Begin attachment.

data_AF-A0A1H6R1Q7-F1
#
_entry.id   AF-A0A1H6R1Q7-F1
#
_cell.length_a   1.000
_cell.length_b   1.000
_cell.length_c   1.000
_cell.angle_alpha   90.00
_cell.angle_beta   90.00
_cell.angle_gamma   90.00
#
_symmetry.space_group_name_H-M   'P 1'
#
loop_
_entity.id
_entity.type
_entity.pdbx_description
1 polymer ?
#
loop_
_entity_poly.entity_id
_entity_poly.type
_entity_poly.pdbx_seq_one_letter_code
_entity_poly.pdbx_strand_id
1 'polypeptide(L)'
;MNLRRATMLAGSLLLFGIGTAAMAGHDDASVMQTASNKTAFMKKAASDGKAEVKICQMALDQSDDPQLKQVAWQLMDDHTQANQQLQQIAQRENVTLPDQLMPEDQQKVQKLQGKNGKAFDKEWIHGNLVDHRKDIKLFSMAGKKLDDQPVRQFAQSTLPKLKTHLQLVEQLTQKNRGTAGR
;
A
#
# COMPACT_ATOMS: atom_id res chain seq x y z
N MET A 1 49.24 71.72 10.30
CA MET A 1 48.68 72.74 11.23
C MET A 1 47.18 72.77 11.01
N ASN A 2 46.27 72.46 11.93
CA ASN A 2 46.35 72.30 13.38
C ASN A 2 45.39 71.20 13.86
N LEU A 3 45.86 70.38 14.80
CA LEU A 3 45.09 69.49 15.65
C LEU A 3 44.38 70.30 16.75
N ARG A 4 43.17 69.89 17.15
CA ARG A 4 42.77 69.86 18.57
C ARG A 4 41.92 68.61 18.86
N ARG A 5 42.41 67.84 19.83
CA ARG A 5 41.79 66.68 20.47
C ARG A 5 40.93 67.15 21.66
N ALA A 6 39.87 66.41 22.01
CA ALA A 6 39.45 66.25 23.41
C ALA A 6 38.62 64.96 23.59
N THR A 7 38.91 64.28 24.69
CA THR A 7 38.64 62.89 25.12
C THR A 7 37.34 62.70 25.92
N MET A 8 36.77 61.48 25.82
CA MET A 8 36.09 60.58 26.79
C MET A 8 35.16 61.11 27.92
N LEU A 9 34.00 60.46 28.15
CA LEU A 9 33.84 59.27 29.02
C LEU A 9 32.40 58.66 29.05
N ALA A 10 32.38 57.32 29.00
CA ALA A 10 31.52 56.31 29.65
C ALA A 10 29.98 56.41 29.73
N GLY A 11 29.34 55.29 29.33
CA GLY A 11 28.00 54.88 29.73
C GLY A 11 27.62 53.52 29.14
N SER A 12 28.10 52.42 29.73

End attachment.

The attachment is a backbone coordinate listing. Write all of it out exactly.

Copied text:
data_AF-A0A1H6R1Q7-F1
#
_entry.id   AF-A0A1H6R1Q7-F1
#
_cell.length_a   1.000
_cell.length_b   1.000
_cell.length_c   1.000
_cell.angle_alpha   90.00
_cell.angle_beta   90.00
_cell.angle_gamma   90.00
#
_symmetry.space_group_name_H-M   'P 1'
#
loop_
_entity.id
_entity.type
_entity.pdbx_description
1 polymer ?
#
loop_
_entity_poly.entity_id
_entity_poly.type
_entity_poly.pdbx_seq_one_letter_code
_entity_poly.pdbx_strand_id
1 'polypeptide(L)'
;MNLRRATMLAGSLLLFGIGTAAMAGHDDASVMQTASNKTAFMKKAASDGKAEVKICQMALDQSDDPQLKQVAWQLMDDHTQANQQLQQIAQRENVTLPDQLMPEDQQKVQKLQGKNGKAFDKEWIHGNLVDHRKDIKLFSMAGKKLDDQPVRQFAQSTLPKLKTHLQLVEQLTQKNRGTAGR
;
A
#
# COMPACT_ATOMS: atom_id res chain seq x y z
N MET A 1 49.24 71.72 10.30
CA MET A 1 48.68 72.74 11.23
C MET A 1 47.18 72.77 11.01
N ASN A 2 46.27 72.46 11.93
CA ASN A 2 46.35 72.30 13.38
C ASN A 2 45.39 71.20 13.86
N LEU A 3 45.86 70.38 14.80
CA LEU A 3 45.09 69.49 15.65
C LEU A 3 44.38 70.30 16.75
N ARG A 4 43.17 69.89 17.15
CA ARG A 4 42.77 69.86 18.57
C ARG A 4 41.92 68.61 18.86
N ARG A 5 42.41 67.84 19.83
CA ARG A 5 41.79 66.68 20.47
C ARG A 5 40.93 67.15 21.66
N ALA A 6 39.87 66.41 22.01
CA ALA A 6 39.45 66.25 23.41
C ALA A 6 38.62 64.96 23.59
N THR A 7 38.91 64.28 24.69
CA THR A 7 38.64 62.89 25.12
C THR A 7 37.34 62.70 25.92
N MET A 8 36.77 61.48 25.82
CA MET A 8 36.09 60.58 26.79
C MET A 8 35.16 61.11 27.92
N LEU A 9 34.00 60.46 28.15
CA LEU A 9 33.84 59.27 29.02
C LEU A 9 32.40 58.66 29.05
N ALA A 10 32.38 57.32 29.00
CA ALA A 10 31.52 56.31 29.65
C ALA A 10 29.98 56.41 29.73
N GLY A 11 29.34 55.29 29.33
CA GLY A 11 28.00 54.88 29.73
C GLY A 11 27.62 53.52 29.14
N SER A 12 28.10 52.42 29.73